7. Clearly state and defend a position with reasons and evidence, from credible sources.
  8. Identify a counterclaim and provide a counter - argument.
  9. Distinguish between fact and opinion to support a position.
  10. Organize information to provide elaboration and unity.
  11. Develop and modify the central idea, tone, and voice to fit the audience and purpose.
  12. Revise writing for clarity of content, word choice, sentence variety, and transitions among paragraphs.

9.5

The student will read and analyze a variety of nonfiction texts.
  1. Apply knowledge of text features and organizational patterns to understand, analyze, and gain meaning from texts.
  2. Make inferences and draw conclusions based on explicit and implied information using evidence from text as support.
  3. Analyze the author’s qualifications, viewpoint, and impact.
  4. Recognize an author’s intended purpose for writing and identify the main idea.
  5. Summarize, paraphrase, and synthesize ideas, while maintaining meaning and a logical sequence of events, within and between texts.
  6. Identify characteristics of expository, technical, and persuasive texts.
  7. Identify a position/argument to be confirmed, disproved, or modified.
  8. Evaluate clarity and accuracy of information.
  9. Analyze, organize, and synthesize information in order to solve problems, answer questions, complete a task, or create a product.
  10. Differentiate between fact and opinion and evaluate their impact.
  11. Analyze ideas within and between selections providing textual evidence.
  12. Use the reading strategies to monitor comprehension throughout the reading process.

9.6

The student will write in a variety of forms to include expository, persuasive, reflective, and analytic with an emphasis on persuasion and analysis.
  1. Engage in writing as a recursive process.
  2. Plan, organize, and write for a variety of audiences and purposes.
  3. Objectively introduce and develop topics, incorporating evidence and maintaining an organized structure and a formal style.
  4. Blend multiple forms of writing including embedding a narrative to produce effective essays.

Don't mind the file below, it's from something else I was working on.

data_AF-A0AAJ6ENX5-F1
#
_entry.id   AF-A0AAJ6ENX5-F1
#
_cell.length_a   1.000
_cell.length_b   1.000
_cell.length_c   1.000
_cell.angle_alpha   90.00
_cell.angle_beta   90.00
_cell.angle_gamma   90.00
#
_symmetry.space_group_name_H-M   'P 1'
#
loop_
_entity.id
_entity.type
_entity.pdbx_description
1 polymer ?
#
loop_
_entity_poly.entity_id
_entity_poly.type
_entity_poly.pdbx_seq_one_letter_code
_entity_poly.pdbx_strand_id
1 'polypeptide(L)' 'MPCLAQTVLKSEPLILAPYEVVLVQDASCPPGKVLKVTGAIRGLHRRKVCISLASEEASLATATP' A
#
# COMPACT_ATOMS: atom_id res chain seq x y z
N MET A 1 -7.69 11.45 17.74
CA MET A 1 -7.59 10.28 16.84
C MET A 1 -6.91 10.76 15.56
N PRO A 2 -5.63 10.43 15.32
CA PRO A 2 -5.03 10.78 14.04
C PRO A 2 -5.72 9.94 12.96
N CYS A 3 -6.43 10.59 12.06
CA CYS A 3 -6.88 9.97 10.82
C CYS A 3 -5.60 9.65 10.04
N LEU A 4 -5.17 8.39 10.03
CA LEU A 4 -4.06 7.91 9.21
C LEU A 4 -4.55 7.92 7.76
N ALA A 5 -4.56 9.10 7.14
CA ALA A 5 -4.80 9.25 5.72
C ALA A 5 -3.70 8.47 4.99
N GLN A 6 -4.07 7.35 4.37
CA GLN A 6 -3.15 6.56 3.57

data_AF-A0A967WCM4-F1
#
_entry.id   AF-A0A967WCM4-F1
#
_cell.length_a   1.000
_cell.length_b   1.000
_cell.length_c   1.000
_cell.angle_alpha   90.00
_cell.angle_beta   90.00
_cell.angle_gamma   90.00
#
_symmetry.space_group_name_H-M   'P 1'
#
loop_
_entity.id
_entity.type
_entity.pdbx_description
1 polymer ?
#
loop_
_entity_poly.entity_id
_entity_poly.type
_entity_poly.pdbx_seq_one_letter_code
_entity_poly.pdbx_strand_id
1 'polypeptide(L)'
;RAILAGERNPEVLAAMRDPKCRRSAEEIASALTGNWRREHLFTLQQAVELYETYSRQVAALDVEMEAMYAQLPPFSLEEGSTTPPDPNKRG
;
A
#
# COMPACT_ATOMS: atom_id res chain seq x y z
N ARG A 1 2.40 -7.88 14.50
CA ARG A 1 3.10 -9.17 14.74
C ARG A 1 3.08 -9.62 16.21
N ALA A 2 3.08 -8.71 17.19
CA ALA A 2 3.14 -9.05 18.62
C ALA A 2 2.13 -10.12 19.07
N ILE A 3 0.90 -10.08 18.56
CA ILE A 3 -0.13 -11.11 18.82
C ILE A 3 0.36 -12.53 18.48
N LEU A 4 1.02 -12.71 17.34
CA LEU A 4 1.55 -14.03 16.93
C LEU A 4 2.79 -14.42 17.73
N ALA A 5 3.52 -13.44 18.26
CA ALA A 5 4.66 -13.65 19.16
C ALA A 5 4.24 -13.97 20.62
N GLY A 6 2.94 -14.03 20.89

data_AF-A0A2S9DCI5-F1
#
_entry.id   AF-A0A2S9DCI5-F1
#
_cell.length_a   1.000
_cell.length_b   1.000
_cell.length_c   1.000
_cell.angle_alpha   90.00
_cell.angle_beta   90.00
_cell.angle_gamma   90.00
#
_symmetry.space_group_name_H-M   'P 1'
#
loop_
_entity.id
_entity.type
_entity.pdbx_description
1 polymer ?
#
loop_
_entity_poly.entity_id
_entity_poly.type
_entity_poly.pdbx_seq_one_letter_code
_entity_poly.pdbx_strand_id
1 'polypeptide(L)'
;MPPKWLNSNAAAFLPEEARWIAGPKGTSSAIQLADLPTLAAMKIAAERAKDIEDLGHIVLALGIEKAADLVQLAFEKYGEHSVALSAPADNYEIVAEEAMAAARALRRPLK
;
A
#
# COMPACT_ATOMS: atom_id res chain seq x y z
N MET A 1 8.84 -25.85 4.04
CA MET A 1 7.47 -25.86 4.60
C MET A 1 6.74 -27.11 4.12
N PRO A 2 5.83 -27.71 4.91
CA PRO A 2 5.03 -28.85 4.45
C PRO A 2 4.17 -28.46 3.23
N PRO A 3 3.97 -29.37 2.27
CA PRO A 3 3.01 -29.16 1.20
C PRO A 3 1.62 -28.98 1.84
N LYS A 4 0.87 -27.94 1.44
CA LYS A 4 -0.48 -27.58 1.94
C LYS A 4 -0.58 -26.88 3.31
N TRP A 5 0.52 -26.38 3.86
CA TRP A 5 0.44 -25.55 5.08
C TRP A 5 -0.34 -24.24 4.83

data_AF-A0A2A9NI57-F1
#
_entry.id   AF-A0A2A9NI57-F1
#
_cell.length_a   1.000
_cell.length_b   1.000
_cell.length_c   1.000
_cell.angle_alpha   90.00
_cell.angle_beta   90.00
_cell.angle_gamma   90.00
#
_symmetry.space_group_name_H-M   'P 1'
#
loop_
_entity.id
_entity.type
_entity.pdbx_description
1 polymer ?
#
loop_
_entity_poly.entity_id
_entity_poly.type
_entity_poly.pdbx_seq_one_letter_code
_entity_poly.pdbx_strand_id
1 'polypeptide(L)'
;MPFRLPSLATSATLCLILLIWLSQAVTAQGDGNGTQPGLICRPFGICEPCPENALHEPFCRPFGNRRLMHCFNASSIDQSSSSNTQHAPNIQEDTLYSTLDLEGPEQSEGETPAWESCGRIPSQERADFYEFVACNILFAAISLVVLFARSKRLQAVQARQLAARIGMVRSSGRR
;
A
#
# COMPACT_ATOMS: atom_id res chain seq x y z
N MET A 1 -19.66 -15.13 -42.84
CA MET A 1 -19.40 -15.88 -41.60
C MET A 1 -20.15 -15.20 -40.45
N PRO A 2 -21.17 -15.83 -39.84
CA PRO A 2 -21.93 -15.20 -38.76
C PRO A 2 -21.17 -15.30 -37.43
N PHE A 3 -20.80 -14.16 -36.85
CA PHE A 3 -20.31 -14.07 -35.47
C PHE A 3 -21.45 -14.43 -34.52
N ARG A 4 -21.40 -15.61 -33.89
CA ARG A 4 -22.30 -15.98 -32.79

5. Communicate clearly the purpose of the writing using a thesis statement.
  6. Compose a thesis for persuasive writing that advocates a position.
  7. Clearly state and defend a position using reasons and evidence from credible sources as support.
  8. Identify counterclaims and provide counter - arguments.
  9. Determine the best kind of evidence to use for a claim, and effectively use fact and opinion to support a position.
  10. Use textual evidence to compare and contrast multiple texts.
  11. Arrange paragraphs in a logical progression, using transitions between paragraphs and ideas.
  12. Revise writing for clarity of content, accuracy, and depth of information.

10.5

The student will read, interpret, analyze, and evaluate nonfiction texts.
  1. Analyze text features and organizational patterns to evaluate the meaning of texts.
  2. Recognize an author’s intended audience and purpose for writing.
  3. Skim materials to develop an overview and locate information.
  4. Compare and contrast informational texts for intent and content.
  5. Interpret and use data and information in maps, charts, graphs, timelines, tables, and diagrams.
  6. Draw conclusions and make inferences on explicit and implied information using textual support as evidence.
  7. Analyze and synthesize information in order to solve problems, answer questions, and generate new knowledge.
  8. Analyze ideas within and between selections providing textual evidence.
  9. Summarize, paraphrase, and synthesize ideas, while maintaining meaning and a logical sequence of events, within and between texts.
  10. Use reading strategies throughout the reading process to monitor comprehension.

10.6

The student will write in a variety of forms to include persuasive, reflective, interpretive, and analytic with an emphasis on persuasion and analysis.
  1. Engage in writing as a recursive process.
  2. Plan and organize writing to address a specific audience and purpose.
  3. Adjust writing content, technique, and voice for a variety of audiences and purposes.
  4. Communicate clearly the purpose of the writing using a thesis statement.